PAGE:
The Belt of Orion
When Richard Rogers wrote Beneath the Southern Cross for the sound track of the 1950s documentary Victory at Sea he must have known its music would evoke more than combat in the South Pacific. It would bring the palm-fringed islands themselves to life, changing as the day wore into a landscape of surf-pounded beaches under a starry sky. This magical piece became a hit single under the alias, "No Other Love", under false colors probably because nobody wanted to remember its true provenance: a momentary vision of beauty in the Pacific war.
TE Lawrence often achieved the same effect in Seven Pillars of Wisdom. It is the story of a campaign to evict the Ottomans from Arabia by guerilla warfare and mayhem. Yet Lawrence manages to invest the scenes with a degree of timeless beauty; a beauty not wholly due to his great literary skill. In one passage he attempted to convey the impact of the desert on the Arab mind.
The common base of all the Semitic creeds, winners or losers, was the ever present idea of world-worthlessness. Their profound reaction from matter led them to preach bareness, renunciation, poverty; and the atmosphere of this invention stifled the minds of the desert pitilessly. A first knowledge of their sense of the purity of rarefaction was given me in early years, when we had ridden far out over the rolling plains of North Syria to a ruin of the Roman period which the Arabs believed was made by a prince of the border as a desert-palace for his queen. The clay of its building was said to have been kneaded for greater richness, not with water, but with the precious essential oils of flowers. My guides, sniffing the air like dogs, led me from crumbling room to room, saying, ‘This is jessamine, this violet, this rose’.
But at last Dahoum drew me: ‘Come and smell the very sweetest scent of all’, and we went into the main lodging, to the gaping window sockets of its eastern face, and there drank with open mouths of the effortless, empty, eddyless wind of the desert, throbbing past. That slow breath had been born somewhere beyond the distant Euphrates and had dragged its way across many days and nights of dead grass, to its first obstacle, the man-made walls of our broken palace. About them it seemed to fret and linger, murmuring in baby-speech. ‘This,’ they told me, ‘is the best: it has no taste.’ My Arabs were turning their backs on perfumes and luxuries to choose the things in which mankind had had no share or part.
We can be thankful to milblogs for helping preserve the impressions of an American helicopter pilot operating over Iraq. He understood that the war itself was a thin veneer over the currents of life; and that however much the headlines denied it, both enemy and friend lived beneath the same sky. Hurl describes a night mission over Iraq.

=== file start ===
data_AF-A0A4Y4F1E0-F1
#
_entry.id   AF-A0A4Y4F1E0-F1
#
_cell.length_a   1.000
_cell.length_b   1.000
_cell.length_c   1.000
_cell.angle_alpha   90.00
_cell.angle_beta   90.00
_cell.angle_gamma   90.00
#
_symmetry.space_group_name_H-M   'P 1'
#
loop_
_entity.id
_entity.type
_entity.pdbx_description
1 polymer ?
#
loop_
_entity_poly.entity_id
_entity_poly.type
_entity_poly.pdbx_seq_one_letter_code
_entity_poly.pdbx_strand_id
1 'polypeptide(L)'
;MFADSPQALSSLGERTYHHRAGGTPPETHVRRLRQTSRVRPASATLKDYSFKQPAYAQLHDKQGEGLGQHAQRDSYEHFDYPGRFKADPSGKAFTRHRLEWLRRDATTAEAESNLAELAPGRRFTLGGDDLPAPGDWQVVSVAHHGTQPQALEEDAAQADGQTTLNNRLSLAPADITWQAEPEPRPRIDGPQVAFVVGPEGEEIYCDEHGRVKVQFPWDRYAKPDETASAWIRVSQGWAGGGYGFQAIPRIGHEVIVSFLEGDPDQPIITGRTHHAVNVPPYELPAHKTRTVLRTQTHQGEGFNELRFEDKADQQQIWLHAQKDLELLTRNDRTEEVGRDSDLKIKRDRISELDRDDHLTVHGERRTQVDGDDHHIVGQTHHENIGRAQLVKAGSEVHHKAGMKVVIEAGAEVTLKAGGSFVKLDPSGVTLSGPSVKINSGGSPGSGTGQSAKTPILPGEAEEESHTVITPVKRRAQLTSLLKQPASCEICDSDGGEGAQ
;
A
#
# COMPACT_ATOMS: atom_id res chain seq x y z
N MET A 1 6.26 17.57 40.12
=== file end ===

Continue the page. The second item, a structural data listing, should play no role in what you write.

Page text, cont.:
The last three nights here in central Iraq have been beautiful. The sky has been much less dusty than it usually is. The stars are brilliant. Orion pops up around 4am - Taurus a couple of hours before that. Mars is very clear after midnight. Normally the visibility is pretty poor - usually less than 3 miles. Sometimes less than 1 mile. Flying in these conditions can be quite challenging - especially at night.
By FAA standards, anything under 3 miles is technically considered IFR (Instrument Flight Rules) as opposed to VFR (Visual Flight Rules) and require Instrument flight plans to be filed. But this is Iraq, not Kansas. Flight plans would be useless anyway since there is no Air Traffic Control system. Depending on the mission, we routinely find ourselves flying in low visibility - i.e. IFR conditions.
2 nights ago I flew into Baghdad at about 3:30am. It was a very clear night and I could see for dozens of miles in all directions. It looked like it could be anywhere in America - lights were on EVERYWHERE. Whatever electricity problems there were in the past, they certainly seem to be fixed now.
There are also numerous gas flares from various refineries in operation. One huge refinery right in Baghdad would put any Gulf coast refinery to shame. I know Iraqi oil production is almost where it was prior to the war - currently 2.5 million barrels a day. It appears that their refinery capability is rapidly improving as well. In spite of countless terror attacks on the Iraqi infrastructure, the builders seem to be prevailing.
Situated on the Tigris River, Baghdad is a beautiful city at night. The slums don't look as slummy. Palm trees grow like weeds. There are no skyscrapers, but there are numerous high-rise buildings in the downtown area, many with very interesting architecture. There are several very nice multi-story hotels where the incestuous media hang out by the pools, sipping cocktails and plagiarizing one another. They wait like vultures for news of the next suicide attack so they can smear the blood and shove the latest body count in our face. I wouldn't be surprised if they have betting pools on when, where, and how many will die....
This past night at 3:30 am all was quiet. There wasn't a single car on any road. Nobody shooting or blowing anybody up. The city was completely lit up and so.... peaceful. I know it will be short-lived, but I can't help but hope that it will someday be as peaceful as this one night most of the time.